Additionally, we have an email address which directs all concerns to the centre of the Inclusions team hub.  Any person - parent/carer/student/teacher or member of the support staff may use this to communicate a learning or wellbeing concern to the Academy.  The email address is:

  • How will Academy staff support my child? 

Academy staff will undertake to deliver ‘quality first’ teaching.  The students are placed in sets appropriate to ability and need. Teachers are trained to teach young people with a variety of additional learning needs and are responsible for ensuring that students are able to access the learning.  This is monitored as part of the regular review and observation cycle. 

These different aspects to quality class teaching include:

  • Scaffolding - relevantly adapted resources for individuals or groups in the class
  • Careful use of differentiation  - task, groups, subject content, practical etc
  • Clear explanations and structures to lessons
  • Positive and constructive relationships with students
  • Specialist/individualised apps/ICT
  • Use of practical interaction
  • Peer and self assessment 
  • Robust and regular reinforcement of literacy, language and specialist terms
  • Specialist ‘cues’ - e.g. standard use of signalong or cued articulation in the Eliot Centre core subjects

Students in the Eliot Centre are taught in small groups with specialist trained staff - both support and teaching.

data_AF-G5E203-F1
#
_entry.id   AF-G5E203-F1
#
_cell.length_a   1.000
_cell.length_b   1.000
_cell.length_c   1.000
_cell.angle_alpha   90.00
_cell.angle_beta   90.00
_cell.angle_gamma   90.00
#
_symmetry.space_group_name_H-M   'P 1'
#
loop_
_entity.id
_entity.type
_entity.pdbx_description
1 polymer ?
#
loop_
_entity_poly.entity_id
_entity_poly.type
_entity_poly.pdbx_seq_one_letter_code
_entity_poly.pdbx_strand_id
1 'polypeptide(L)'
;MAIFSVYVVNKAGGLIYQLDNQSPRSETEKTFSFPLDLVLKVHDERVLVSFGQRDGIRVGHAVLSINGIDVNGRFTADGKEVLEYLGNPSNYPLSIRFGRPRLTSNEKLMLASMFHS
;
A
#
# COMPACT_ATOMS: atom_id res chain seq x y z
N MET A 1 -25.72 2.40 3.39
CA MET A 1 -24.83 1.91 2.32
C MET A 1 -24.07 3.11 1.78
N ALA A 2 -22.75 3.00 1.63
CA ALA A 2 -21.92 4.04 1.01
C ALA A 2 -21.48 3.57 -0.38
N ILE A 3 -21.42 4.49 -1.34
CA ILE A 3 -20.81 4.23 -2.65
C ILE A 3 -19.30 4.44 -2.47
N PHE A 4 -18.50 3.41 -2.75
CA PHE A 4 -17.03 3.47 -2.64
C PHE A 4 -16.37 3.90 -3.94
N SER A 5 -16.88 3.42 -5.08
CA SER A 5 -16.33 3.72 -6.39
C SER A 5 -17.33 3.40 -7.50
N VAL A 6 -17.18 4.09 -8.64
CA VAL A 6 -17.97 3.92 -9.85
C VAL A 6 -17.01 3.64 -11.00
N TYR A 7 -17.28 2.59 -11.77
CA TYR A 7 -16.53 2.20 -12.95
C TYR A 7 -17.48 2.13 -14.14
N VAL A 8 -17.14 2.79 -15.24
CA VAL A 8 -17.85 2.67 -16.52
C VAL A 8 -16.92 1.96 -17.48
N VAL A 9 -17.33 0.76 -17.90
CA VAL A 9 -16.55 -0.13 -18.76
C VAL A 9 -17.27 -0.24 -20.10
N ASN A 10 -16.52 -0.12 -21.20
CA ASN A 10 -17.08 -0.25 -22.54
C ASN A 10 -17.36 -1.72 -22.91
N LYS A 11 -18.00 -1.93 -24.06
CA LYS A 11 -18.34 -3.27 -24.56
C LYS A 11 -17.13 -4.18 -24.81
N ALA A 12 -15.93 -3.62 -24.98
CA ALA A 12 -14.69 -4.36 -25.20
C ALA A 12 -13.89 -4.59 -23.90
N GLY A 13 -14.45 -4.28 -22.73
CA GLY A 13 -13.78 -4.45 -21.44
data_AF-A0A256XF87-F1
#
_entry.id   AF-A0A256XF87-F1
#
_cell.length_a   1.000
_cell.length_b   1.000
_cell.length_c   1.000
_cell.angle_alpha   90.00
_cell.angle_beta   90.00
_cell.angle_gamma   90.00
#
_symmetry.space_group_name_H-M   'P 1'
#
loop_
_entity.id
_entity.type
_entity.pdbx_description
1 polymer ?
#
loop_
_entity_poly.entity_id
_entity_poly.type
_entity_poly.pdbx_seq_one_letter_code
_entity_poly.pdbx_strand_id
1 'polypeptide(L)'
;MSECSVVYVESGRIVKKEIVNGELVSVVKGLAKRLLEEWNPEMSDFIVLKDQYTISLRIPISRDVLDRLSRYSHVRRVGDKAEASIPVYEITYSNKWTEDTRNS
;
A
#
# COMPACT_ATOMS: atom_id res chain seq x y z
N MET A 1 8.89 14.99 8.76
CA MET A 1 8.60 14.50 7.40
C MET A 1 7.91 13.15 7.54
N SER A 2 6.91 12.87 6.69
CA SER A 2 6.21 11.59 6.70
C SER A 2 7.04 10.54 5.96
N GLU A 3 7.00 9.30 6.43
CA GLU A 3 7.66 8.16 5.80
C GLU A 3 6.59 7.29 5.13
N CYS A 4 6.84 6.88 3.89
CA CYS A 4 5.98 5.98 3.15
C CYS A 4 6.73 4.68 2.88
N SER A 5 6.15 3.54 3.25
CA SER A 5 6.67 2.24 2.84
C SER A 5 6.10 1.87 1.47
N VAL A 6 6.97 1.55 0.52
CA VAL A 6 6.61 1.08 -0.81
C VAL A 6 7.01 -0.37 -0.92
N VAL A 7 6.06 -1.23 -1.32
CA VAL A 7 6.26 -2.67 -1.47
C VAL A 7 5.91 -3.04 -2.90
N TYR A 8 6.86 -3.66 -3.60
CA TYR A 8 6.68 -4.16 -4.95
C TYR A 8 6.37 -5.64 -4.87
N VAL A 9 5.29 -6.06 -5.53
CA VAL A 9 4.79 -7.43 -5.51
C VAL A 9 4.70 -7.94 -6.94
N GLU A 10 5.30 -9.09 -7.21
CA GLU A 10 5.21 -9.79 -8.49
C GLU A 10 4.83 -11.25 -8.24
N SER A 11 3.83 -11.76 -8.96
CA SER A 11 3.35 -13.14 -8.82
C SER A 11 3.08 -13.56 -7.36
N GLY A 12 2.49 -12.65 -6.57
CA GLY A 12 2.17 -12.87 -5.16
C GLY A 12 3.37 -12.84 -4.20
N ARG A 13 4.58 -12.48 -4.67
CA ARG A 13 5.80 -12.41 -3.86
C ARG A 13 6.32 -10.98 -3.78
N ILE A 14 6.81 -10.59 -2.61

Outside the classroom students are supported with the following:

  • Safe dining area - primarily for Eliot Centre students but used as needed for others
  • Access to ‘cool down’ spaces
  • Additional non teaching staff to support and be ‘eyes and ears’ for young people
  • Staff trained specifically to respond and support e.g. in self harm, ADHD, self esteem, eating difficulties etc

When students need additional support to make progress there are a range of additional possibilities - of course groups and individuals vary all the time, however these are some of the possibilities and provisions the Academy has deployed:

  • Additional support staff in classes (Curriculum Assistants)
  • Significantly smaller classes
  • 66
  • Specific ‘key worker’ staff allocation
  • Assessments to ensure fair access to examinations (access arrangements)